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Editorials 2010

Editorials 2010


Last November (2009) 14 city rinks were supposed to open on the Nov.21 weekend. Only two did open then – City Hall and Dufferin Rink. Harbourfront, not managed by the city, also opened. All the ice-making compressors in the 14 city rinks were running, but only Dufferin and City Hall rinks had overnight floods for the first week of ice-making. Dufferin Rink was partly flooded by night-time volunteers, and the Star picked up the story. After the Star story, some City ice maintenance staff were assigned to work until 2 a.m., which was also a big help. In the December 2009 newsletter, I wrote: “Let’s hope that the technique of overnight floods to start ice-making spreads over the whole city for next year, and the disappointment of missed opening days won’t be repeated.”

One step forward, two steps back. This year, city ice-maintenance staff have indeed been doing some overnight floods, with much better success. But that improvement was spoiled by the decision to delay the opening of all the 14 early rinks by a week, not even starting up the compressors. In letters sent around to city councilors, Parks management said that ice-making only works when it’s no more than zero C at night and 5 in the daytime for three consecutive days.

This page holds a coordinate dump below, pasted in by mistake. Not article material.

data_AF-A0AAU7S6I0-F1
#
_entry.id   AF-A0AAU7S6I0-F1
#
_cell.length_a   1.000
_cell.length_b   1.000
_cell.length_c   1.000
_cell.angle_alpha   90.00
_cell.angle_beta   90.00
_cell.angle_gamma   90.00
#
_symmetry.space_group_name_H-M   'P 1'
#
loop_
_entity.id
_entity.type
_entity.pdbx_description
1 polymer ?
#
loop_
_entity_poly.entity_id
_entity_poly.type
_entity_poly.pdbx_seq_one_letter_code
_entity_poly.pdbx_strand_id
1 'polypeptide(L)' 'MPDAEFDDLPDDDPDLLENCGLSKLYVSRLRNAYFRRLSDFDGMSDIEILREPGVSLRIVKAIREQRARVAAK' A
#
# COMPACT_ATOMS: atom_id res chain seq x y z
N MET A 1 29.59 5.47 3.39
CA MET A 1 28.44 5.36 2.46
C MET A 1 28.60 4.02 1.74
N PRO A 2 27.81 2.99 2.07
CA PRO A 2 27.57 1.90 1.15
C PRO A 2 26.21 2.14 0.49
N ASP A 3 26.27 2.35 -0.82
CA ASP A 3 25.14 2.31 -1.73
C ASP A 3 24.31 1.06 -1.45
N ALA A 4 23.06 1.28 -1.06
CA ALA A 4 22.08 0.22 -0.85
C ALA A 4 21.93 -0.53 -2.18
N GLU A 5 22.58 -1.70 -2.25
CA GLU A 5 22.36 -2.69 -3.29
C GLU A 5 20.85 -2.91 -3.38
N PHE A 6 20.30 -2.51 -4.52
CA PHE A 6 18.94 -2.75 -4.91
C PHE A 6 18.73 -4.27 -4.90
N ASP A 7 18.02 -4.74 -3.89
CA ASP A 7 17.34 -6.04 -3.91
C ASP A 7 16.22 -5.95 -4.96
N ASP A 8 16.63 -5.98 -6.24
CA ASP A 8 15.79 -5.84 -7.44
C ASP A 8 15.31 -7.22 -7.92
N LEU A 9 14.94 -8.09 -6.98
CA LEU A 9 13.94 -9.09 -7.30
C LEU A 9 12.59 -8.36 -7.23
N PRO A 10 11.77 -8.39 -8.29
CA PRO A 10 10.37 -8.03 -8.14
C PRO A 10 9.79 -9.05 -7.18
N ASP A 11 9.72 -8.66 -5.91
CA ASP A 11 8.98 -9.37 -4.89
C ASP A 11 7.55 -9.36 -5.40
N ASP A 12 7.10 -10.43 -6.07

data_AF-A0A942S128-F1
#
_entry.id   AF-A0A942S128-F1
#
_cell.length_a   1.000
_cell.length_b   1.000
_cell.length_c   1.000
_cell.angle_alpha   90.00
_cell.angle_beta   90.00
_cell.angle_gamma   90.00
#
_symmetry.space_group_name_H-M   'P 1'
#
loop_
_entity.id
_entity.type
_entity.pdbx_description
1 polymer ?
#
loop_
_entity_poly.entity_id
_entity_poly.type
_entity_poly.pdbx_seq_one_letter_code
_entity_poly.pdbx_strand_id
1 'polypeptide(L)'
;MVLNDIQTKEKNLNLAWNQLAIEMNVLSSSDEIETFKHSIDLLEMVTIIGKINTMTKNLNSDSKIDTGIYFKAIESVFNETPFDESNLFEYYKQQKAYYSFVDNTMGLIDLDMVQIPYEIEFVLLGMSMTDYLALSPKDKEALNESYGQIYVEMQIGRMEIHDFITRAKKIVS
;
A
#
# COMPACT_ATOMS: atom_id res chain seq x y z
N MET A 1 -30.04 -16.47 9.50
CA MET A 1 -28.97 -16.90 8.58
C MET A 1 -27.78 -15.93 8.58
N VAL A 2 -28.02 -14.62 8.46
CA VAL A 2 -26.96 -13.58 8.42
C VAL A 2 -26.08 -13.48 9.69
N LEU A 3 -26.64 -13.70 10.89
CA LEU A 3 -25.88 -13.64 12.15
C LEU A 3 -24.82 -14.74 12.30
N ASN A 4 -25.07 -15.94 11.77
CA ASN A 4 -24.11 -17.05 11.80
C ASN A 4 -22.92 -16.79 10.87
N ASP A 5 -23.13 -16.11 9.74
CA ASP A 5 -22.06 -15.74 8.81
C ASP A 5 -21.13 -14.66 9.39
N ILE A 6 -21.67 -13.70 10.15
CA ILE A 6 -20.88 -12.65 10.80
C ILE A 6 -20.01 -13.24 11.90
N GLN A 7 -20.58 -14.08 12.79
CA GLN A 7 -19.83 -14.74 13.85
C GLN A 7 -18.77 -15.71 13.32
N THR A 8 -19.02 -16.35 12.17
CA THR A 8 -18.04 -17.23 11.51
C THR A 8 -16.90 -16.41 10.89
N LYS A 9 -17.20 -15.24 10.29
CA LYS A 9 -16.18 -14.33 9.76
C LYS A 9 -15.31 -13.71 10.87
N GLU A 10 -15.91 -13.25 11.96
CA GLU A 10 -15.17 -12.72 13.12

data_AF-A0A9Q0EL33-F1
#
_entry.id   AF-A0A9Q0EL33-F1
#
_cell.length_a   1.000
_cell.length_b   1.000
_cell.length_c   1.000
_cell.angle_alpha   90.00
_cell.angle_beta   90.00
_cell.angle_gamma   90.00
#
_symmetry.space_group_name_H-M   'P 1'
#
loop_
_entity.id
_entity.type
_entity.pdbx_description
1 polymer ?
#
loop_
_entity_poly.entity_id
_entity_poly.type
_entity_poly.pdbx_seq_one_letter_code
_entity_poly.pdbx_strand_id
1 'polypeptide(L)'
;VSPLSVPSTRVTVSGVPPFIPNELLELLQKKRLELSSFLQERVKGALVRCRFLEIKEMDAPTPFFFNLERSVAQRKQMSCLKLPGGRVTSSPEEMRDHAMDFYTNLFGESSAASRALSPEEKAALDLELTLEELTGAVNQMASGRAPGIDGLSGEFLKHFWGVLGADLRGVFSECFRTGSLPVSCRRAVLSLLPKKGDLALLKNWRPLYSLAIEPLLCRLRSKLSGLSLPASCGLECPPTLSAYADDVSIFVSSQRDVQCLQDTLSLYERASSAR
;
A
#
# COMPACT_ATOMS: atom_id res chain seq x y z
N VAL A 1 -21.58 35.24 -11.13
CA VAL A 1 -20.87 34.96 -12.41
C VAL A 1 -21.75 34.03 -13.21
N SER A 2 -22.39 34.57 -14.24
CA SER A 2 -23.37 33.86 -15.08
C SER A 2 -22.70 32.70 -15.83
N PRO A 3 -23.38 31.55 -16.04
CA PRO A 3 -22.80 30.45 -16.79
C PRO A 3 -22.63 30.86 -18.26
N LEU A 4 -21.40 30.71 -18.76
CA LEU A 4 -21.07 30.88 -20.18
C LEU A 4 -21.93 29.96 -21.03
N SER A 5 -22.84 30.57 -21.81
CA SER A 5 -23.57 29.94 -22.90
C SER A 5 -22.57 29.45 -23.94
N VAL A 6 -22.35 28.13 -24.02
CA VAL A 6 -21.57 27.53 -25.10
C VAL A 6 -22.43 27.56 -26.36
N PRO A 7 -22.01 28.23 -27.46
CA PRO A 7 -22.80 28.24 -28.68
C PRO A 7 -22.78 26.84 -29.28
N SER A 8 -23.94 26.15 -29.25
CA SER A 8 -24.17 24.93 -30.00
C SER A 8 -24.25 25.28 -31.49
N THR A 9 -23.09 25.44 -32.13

But of course that’s not the case. Harbourfront’s Natrel Rink (not run by the City) made ice, with no problem, in the week that was cancelled for city rinks. Temperatures went up to 11 on several days, and stayed as high as 5 at night. Last year, when Dufferin Rink successfully made ice in mid-November, temperatures were even higher.

The rinks manager was quoted, in the Star, saying that the rink at Harbourfront has better machinery than the city’s rinks. That’s not the case either.

City staff’s determination to go against City Council’s 2009 direction to open 14 rinks two weeks earlier is not really acceptable. (Then-councillor Rob Ford was one who voted in favour of the earlier opening.) Toronto is a winter city, and the outdoor rinks are an existing winter treasure. Keeping the rinks locked during prime skating weather is a decision that needs public discussion, not a top-down call to be made behind closed doors. (One year – not the year of the “budget shortfall” – the planned opening date was Dec.22, causing a revolt.) If it’s too complicated and expensive to work out the staffing, then the city’s staffing arrangements need to be re-worked. The eight board of management rinks are one inspiration. Harbourfront’s Natrel Rink is another. In both kinds of rinks, the zamboni drivers sharpen skates, fix what’s broken, do some basic machine maintenance, and in some cases rent out skates. In contrast, the staff’s responsibilities at the 50 outdoor rinks are narrow and their abilities are underused.

The latest news is that the outdoor rink change houses will be locked, citywide, on two of the most popular skating days of the public holidays – Boxing Day and New Year’s Day. No washrooms, no warm-up, no hot chocolate.
Time for a change of rink management.


Some Dufferin Rink friends are part of a recently-formed group of Toronto rink users who want to explore the possibility of creating a co-management system for running the city’s public rinks. The group is called the “Public Rinks Conservancy.”

The goal is to create a city-wide federation of rink-user groups this winter who
(a) aim to actively share decision-making about rink management with city staff, in locally evolving ways that are not one-size-fits-all, applying the "governing the commons" principles of Elinor Ostrom, who got the 2009 Nobel Prize in economics for that work.

(b) are responsive to their local neighborhoods